Petrol cars under attack in Oxford’s clean air drive

It’s 5pm and cars are already queuing on Oxford’s east side. Drivers pull up the handbrake as they sit on the narrow road, chugging out fumes and blaring out music. “As you can see there is a lot of traffic,” says Owen Mansel-Chan, 37, as a line of cars builds up next to his house during afternoon rush hour. “It was blissful during the pandemic.”

It is scenes like this that city officials hope to banish with the help of zero-emissions zones. This year, Oxford is set to become the first place in the UK to launch such a zone to tackle pollution and climate change. When fully implemented, petrol and diesel vehicles must pay GBP2 to GBP10 to enter a roughly 1.5 square-mile area in the city centre between 7am and 7pm until 2025, rising to GBP4 to GBP20 after that.

The plan is to cut dangerous levels of nitrogen oxide in Oxford’s narrow streets. The city also wants to cut its carbon emissions to net zero by 2040 – a goal that will require an 88pc fall in transport emissions. Many residents within the zone, who are entitled to 90pc discounts until 2030, are keen on the idea, but there are also concerns about fairness.

“Obviously from a climate perspective it’s good, but it also penalises people who cannot afford to update to the newest car model,” says graduate student Alexis McGivern, who supports the plans overall. “I remember when the high street was pedestrianised – we have completely adapted,” says Josephine Cooke, 52, mum-of-three. “I’m all for it.” The Labour-led city may be ahead of the pack with its zero-emissions zone, but it’s unlikely to remain the only one.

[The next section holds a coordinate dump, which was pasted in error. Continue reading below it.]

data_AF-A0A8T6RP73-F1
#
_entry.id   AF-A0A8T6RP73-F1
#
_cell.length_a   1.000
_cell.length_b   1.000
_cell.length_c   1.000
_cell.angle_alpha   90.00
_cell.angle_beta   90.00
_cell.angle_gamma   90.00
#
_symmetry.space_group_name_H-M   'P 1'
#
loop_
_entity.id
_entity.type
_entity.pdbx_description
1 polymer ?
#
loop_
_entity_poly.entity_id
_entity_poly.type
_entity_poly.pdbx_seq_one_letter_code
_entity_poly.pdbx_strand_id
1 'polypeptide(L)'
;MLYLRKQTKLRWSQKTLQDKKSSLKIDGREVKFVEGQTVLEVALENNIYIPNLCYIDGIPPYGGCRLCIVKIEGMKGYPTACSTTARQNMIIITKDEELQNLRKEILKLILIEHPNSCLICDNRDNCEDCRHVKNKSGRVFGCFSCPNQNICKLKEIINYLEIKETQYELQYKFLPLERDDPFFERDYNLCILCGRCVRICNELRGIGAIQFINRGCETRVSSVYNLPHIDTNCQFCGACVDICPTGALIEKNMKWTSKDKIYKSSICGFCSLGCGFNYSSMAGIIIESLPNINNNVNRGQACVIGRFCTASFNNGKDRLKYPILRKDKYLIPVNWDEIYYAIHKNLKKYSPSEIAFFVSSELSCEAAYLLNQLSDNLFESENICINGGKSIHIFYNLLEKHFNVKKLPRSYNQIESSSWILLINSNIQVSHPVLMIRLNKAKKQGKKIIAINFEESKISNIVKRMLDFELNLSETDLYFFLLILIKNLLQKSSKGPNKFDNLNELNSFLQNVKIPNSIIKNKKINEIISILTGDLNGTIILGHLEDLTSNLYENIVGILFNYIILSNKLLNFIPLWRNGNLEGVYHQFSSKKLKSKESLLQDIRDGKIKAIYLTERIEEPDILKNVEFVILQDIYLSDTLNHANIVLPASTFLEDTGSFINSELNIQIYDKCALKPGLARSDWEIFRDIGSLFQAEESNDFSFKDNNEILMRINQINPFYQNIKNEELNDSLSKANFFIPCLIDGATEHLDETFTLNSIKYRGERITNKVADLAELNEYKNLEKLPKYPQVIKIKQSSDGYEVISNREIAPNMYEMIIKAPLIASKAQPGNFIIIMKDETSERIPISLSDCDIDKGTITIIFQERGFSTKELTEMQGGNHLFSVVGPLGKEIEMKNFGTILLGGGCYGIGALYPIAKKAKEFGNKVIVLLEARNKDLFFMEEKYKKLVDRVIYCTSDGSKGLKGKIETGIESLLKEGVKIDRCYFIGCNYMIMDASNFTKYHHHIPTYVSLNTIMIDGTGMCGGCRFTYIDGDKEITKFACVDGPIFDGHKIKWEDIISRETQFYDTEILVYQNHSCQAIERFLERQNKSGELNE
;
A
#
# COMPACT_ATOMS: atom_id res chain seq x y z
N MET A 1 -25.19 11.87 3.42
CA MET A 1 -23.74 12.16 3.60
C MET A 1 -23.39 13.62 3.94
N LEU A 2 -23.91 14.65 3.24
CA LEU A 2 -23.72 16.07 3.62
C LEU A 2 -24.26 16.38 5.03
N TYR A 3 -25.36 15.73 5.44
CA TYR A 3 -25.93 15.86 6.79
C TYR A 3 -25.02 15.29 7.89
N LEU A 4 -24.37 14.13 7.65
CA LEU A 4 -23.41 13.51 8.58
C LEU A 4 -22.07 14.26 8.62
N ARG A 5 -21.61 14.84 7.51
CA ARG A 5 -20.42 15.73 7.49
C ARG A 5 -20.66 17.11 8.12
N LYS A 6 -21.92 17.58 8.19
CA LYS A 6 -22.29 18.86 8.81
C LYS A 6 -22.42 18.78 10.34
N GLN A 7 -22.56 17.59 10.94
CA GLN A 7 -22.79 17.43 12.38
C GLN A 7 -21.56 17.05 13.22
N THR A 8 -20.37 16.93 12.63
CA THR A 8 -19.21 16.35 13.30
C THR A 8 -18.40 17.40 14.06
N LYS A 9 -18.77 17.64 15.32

Two-thirds of local authorities, stretching from Fife to Blackpool to Dorset, have declared a “climate emergency”. As of January, 50 local authorities, including Lancaster City and Shropshire Council, had pledged to cut their emissions to net zero at least five years earlier than the national target of 2050. Meanwhile, the pandemic has recalibrated views on the interventions that are acceptable to defend public health.

“[Net zero] is a huge, absolutely essential challenge. And I think one of the interesting things about Covid is that we’ve shown we can do huge potential challenges, if we really have to. But we do need strong leadership,” says Dr Brenda Boardman, research fellow at the University of Oxford, which is among universities and businesses backing the net zero goal.

Tory councillor Yvonne Constance, who was cabinet member for the environment on Oxford County Council until her party ceded control in May, is inclined to agree. “I’m a Brexiteer, a pretty right-wing thinker,” she says. “But I really do not see that we have to sacrifice all our living space in cities to the dominance of motorcars. We had a demonstration during lockdown.”

‘A whole lot cleaner’

Oxford already has eco delivery vehicles in the Covered MarketCredit: John Lawrence/TMG

“I’m not suggesting life should be that quiet,” she adds. “But certainly, it could be a whole lot cleaner. Everybody forgets, it was Maggie Thatcher who reminded us all, I think in the 1980s, that we’re on here on a full-repairing lease.

Time here requires us to leave the world in as good a place as we found it.” Oxford’s zero emissions zone, proposed in 2015 amid concern about residents’ health, was initially conceived as an outright ban on petrol and diesel cars in the city centre. “We then spoke with the Government who were very clear about what powers we had as local authorities,” says Tom Hayes, deputy leader of the city council, who would like to be able to ban polluting cars from certain zones.

Raised in Salford, Manchester, Hayes envisages a city in which curbs on private cars mean buses can run faster and more freely, allowing them to maintain or even cut fares. Those who still need to drive could do so in electric vehicles. “The job of the city council is to enable people to be free to move anywhere, anytime,” he says. “But in any society there will be a trade-off.”